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Arch Neurol. 1996 Oct;53(10):1033-9.

Do long tests yield a more accurate diagnosis of dementia than short tests? A comparison of 5 neuropsychological tests.

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1
Rotman Research Institute of Baycrest Centre for Geriatric Care, Ontario.

Abstract

OBJECTIVE:

To provide comparative evidence for a valid and practical measure of mental-status functioning that could be used in dementia clinics.

DESIGN:

Five mental-status neuropsychological tools for dementia screening were administered to patients in a memory disorder clinic. These included the Mini-Mental State Examination, the Dementia Rating Scale, the 6-item derivative of the Orientation-Memory-Concentration Test, a short Mental Status Questionnaire, and a composite tool we labeled the Ottawa Mental Status Examination, which assessed orientation, memory, attention, language, and visual-constructive functioning. The tools were compared using various criteria, including the statistical factors of sensitivity and reliability; effects of gender, native language, and language of testing; the utility of these tests for the differential diagnosis of Alzheimer-type and vascular dementia; and sensitivity to cognitive decline in the entire sample and among patients with severe dementia.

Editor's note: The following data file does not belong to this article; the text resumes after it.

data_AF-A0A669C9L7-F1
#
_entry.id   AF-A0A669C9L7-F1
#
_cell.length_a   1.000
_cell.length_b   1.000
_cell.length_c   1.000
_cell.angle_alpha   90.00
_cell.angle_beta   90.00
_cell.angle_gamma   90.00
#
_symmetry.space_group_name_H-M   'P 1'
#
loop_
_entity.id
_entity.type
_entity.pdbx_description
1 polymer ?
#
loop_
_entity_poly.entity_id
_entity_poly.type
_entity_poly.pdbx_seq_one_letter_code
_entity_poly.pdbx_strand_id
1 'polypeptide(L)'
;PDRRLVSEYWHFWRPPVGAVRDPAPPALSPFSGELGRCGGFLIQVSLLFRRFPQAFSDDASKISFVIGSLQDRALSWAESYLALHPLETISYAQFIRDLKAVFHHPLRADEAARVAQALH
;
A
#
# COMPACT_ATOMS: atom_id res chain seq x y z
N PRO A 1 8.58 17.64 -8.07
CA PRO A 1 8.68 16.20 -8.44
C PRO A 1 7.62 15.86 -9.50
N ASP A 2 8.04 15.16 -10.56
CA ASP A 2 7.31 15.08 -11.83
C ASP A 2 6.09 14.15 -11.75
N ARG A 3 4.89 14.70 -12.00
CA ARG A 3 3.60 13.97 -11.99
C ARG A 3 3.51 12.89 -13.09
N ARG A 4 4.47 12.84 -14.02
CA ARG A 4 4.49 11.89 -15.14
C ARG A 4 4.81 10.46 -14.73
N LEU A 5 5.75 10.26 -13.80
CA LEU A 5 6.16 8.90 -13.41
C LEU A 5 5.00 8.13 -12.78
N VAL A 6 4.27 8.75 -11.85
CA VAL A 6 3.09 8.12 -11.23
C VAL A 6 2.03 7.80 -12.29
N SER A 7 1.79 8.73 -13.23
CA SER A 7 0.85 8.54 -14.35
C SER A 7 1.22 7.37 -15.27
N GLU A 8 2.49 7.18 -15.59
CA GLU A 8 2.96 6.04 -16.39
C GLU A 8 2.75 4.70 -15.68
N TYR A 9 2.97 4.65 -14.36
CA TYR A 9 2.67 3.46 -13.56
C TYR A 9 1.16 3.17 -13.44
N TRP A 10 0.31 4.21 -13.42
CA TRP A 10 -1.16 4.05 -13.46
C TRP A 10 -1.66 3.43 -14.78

RESULTS:

All of the tests were highly intercorrelated, suggesting that they are interchangeable.

CONCLUSION:

The comparisons along the various criteria indicate that if the objective is to have a general index of dementia of the Alzheimer type, short tests are at least as good and sometimes better than the longer tests.

[Indexed for MEDLINE]

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